The Santa Barbara Independent is reporting that a 60-year-old developmentally disabled man named William Morris, who had worked as a courtesy clerk for over three years at Haggen, is suing the chain on behalf of himself and “all California-based developmentally disabled courtesy clerks that Haggen has laid off since the beginning of this year.”
The Independent reports that “Since taking over and rebranding a number of Vons, Pavilions, Albertsons and Safeway stores in Southern California in 2014, Haggen promised job security to existing employees and that “nothing would change” for them, states the complaint. However, Morris’s attorneys argue, the corporation unfairly terminated developmentally disabled courtesy clerks when they “engaged in a pattern and practice of discrimination against developmentally disabled employees by disproportionately terminating them from Haggen employment.”
EWasked Haggen’s Oregon public relations firm if it too was laying off workers, including the developmentally disabled.
Lee Weinstein and Deborah Tomecek Pleva of Weinstein PR responded with a statement (included in full below) that says “we must manage labor to the needs of the business in compliance with the terms and conditions of our collective bargaining agreements” and that there are different business issue in the Pacific Northwest Region versus the Pacific Southwest where the issues with the layoff of developmentally disabled employees have arisen.
The statement continues, “In some stores in the Pacific Northwest, hours have been adjusted to accommodate the natural seasonal summer slowdown. Hours vary from store to store and we will continue to adjust our staffing based on the needs of the business. We look forward to adding hours back as sales return in the upcoming back-to-school and holiday seasons.”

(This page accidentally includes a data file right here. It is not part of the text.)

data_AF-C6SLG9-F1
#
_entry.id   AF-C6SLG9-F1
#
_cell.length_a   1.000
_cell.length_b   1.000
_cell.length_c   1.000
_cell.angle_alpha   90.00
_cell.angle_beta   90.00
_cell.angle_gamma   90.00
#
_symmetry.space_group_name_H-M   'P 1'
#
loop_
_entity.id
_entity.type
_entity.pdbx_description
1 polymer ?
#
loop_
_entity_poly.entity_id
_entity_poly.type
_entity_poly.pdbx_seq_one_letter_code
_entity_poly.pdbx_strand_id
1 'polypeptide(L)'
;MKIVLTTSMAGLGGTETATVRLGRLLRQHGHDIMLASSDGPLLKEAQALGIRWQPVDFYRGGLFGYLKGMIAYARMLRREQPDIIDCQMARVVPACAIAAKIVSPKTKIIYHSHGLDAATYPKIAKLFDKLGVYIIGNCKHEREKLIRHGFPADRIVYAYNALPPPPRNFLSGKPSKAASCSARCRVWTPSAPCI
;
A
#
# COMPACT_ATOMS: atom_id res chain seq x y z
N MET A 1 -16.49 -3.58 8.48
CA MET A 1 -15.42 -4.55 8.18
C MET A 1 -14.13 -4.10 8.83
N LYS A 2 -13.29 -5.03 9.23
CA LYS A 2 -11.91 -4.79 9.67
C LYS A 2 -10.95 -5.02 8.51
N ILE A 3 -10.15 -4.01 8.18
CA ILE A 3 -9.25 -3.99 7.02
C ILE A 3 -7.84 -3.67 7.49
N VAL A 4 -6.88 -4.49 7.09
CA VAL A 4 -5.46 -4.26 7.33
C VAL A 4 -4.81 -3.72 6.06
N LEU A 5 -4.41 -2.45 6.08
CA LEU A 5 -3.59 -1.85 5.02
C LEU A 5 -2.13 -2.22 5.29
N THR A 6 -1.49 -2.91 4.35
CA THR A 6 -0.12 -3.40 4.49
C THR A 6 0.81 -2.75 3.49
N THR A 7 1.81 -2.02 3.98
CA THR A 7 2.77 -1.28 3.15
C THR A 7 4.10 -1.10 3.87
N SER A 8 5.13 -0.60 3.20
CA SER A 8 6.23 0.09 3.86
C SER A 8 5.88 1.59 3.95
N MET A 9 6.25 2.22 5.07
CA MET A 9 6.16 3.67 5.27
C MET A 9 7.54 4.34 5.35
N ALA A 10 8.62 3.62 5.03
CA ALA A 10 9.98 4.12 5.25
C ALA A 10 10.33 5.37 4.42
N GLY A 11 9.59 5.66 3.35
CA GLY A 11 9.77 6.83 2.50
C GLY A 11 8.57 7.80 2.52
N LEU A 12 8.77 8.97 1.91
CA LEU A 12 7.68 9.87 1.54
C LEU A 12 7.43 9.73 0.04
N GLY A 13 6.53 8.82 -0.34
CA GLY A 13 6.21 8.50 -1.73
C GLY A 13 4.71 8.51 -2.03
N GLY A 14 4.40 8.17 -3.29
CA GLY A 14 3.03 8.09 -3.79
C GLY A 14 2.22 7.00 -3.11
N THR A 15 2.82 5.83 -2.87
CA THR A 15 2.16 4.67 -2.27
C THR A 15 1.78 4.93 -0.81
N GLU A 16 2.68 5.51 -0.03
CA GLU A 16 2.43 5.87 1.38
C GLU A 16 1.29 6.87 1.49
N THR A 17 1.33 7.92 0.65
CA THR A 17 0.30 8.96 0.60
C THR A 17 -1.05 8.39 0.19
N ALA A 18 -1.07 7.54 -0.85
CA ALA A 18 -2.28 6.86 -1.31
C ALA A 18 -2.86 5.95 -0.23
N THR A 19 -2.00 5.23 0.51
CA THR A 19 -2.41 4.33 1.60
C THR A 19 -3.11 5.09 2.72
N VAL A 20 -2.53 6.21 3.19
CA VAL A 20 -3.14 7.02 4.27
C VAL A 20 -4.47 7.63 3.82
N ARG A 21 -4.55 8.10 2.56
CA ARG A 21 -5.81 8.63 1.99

With respect to the layoffs in our Pacific Southwest (PSW) Region, and potential impacts in the Eugene area, we must manage labor to the needs of the business in compliance with the terms and conditions of our collective bargaining agreements. We abide by the terms of the agreements.
In the Pacific Southwest Region, where we have a much different set of business issues than in our home region in the Northwest, it was necessary to eliminate the Clerks Helper positions entirely. Although these business decisions in the PSW region were necessary, we care for all of our former associates there who were impacted. We have already helped many of these associates there find other jobs through individual support and by reaching out to and working with concerned leaders and organizations in the community. We will continue to do so.
In some stores in the Pacific Northwest, hours have been adjusted to accommodate the natural seasonal summer slowdown. Hours vary from store to store and we will continue to adjust our staffing based on the needs of the business. We look forward to adding hours back as sales return in the upcoming back-to-school and holiday seasons.
Our commitment to local farmers and food producers, as well as community organizations, is something that we're prepared to sustain for the long haul. We're proud of what we do, and we love to explain to new customers who we are: long-time Washington grocers with a passion for great food, as well as a deep commitment to supporting our local farmers, food producers, nonprofits and schools that really matter to our customers. That genuine, personal connection is at the heart of everything we’re doing.
For Earth Day, Haggen donated $6,417 to Crater Lake National Park.